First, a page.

Friday, 14 May 2021

Where did the title Tomorrow Never Knows come from?

Tomorrow Never Knows took The Beatles into previously unexplored musical territory. Its use of tape loops, a mellotron, Tibetan chants and various Musique Concrete techniques were startling innovations for a mainstream pop record.


 The title, however, was inspired by a more homely source:
I took one of Ringo's malapropisms as the title, to sort of take the edge off the heavy philosophical lyrics.

Where did this 'heavy' philosophy come from?

The Tibetan Book of the Dead via The Psychedelic Experience by Timothy Leary and Richard Alpert (1964). Leary notoriously promoted the use of LSD as the key to what Huxley had termed the Doors of Perception. 

Lennon discovered the The Psychedelic Experience when browsing the shelves at the Indica Bookshop in London:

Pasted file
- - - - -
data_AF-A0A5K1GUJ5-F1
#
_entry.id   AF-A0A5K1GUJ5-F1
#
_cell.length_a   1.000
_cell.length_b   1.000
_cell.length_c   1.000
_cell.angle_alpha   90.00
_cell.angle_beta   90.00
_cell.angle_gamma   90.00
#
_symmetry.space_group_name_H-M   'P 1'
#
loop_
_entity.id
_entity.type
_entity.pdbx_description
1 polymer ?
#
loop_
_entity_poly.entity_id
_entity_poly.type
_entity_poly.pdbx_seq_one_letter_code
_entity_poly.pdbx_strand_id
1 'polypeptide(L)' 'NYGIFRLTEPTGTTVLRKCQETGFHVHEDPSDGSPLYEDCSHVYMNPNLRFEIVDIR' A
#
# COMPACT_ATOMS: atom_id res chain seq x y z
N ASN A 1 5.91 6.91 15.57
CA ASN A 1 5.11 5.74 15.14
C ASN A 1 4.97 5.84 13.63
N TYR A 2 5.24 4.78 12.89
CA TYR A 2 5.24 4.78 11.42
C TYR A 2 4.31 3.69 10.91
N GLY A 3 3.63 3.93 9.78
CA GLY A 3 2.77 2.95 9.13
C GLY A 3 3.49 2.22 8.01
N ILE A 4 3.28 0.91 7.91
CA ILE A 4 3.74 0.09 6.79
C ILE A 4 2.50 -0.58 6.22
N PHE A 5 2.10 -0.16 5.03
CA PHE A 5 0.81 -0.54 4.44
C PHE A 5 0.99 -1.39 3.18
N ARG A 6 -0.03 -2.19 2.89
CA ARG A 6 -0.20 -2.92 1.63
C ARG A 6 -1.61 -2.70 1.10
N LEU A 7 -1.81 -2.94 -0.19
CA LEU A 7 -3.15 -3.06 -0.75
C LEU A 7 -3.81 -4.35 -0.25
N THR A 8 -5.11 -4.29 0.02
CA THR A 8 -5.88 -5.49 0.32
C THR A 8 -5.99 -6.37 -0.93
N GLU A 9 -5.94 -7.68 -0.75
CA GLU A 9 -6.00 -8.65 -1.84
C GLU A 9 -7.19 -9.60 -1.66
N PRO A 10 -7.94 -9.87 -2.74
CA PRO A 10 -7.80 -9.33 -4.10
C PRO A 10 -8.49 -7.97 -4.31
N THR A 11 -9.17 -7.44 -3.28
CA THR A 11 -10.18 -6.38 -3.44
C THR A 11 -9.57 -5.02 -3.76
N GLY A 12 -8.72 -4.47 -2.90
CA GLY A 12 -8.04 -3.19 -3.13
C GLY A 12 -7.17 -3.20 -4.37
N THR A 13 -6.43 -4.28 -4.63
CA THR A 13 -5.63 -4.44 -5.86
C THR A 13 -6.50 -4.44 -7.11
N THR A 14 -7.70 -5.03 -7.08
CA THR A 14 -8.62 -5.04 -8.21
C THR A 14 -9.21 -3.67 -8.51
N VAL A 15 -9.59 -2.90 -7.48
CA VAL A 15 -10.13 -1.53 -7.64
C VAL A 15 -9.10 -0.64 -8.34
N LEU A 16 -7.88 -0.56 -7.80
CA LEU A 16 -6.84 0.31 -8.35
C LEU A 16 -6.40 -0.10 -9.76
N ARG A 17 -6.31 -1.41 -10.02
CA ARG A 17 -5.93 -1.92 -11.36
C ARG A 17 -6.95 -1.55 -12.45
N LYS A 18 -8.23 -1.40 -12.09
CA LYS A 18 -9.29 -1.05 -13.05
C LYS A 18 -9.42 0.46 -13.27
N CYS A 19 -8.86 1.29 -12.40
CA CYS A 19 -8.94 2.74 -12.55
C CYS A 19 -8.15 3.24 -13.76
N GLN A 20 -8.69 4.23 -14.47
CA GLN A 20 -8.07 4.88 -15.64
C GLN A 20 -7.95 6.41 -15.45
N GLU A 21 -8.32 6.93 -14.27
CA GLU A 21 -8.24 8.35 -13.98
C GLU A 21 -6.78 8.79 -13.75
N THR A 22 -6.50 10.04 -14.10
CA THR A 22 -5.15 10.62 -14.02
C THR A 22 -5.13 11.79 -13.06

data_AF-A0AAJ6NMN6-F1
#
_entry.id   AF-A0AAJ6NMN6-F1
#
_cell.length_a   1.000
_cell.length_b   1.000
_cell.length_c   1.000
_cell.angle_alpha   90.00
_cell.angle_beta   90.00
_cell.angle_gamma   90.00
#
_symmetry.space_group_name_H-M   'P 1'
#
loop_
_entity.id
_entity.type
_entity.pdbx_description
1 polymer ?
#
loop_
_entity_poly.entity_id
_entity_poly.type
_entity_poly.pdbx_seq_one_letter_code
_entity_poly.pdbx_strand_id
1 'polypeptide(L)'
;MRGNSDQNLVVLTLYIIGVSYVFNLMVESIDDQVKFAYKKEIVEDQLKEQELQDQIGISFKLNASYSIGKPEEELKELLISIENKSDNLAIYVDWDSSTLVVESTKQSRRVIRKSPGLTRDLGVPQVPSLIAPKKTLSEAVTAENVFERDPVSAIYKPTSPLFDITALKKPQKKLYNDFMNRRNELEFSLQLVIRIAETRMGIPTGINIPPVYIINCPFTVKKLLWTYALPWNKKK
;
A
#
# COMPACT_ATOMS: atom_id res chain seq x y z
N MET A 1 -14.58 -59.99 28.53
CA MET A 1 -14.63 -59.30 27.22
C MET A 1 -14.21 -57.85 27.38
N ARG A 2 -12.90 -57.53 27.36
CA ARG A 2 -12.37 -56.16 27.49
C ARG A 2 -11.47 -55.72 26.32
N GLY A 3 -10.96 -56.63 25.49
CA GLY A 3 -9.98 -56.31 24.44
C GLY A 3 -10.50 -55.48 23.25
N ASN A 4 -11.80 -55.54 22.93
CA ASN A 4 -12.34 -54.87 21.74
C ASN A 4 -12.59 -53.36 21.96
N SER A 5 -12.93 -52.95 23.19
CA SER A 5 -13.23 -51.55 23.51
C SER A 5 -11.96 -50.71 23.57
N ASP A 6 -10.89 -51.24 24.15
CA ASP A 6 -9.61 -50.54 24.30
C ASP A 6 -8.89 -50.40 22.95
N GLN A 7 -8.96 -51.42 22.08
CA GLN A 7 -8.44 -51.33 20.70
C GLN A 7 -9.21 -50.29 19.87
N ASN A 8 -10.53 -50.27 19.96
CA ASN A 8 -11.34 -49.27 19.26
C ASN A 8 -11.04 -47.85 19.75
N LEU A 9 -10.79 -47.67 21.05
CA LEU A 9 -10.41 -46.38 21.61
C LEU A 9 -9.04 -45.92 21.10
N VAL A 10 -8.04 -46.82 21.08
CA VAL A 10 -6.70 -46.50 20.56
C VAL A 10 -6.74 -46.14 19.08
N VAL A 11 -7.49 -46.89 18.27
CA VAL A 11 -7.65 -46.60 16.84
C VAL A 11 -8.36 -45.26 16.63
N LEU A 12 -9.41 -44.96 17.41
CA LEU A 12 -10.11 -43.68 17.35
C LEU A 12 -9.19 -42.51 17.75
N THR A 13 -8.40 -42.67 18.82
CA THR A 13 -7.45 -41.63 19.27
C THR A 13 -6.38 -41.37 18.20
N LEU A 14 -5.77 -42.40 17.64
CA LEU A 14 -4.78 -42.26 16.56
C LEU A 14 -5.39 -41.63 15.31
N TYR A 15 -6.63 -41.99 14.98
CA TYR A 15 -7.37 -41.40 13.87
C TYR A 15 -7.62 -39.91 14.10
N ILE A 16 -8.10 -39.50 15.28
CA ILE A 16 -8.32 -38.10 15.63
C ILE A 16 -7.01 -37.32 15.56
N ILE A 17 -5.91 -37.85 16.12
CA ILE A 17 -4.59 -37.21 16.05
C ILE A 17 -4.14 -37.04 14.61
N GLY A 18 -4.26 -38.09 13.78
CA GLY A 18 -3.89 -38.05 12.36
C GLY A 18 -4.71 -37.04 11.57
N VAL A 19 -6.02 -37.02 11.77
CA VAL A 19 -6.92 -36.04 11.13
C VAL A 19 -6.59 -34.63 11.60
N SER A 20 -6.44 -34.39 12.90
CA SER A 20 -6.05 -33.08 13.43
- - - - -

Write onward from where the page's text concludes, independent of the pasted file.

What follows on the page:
John began to scan the shelves. His eyes soon alighted upon a copy of The Psychedelic Experience, Dr Timothy Leary's psychedelic version of the Tibetan Book of the Dead. John was delighted and settled down on the settee with the book. Right away, on page 14 in Leary's introduction, he read, 'Whenever in doubt, turn off your mind, relax, float downstream.' He had found the first line of 'Tomorrow Never Knows'.
Many Years From Now Barry Miles

Did Lennon understand what he was singing?


In Anthology, George Harrison dismisses Lennon's knowledge of Indian mysticism: 
I am not too sure if John actually fully understood what he was saying. He knew he was onto something when he saw those words and turned them into a song. But to have experienced what the lyrics in that song are actually about? I don't know if he fully understood it.
George Harrison, Anthology 

The Beatles Story (teaching resources)

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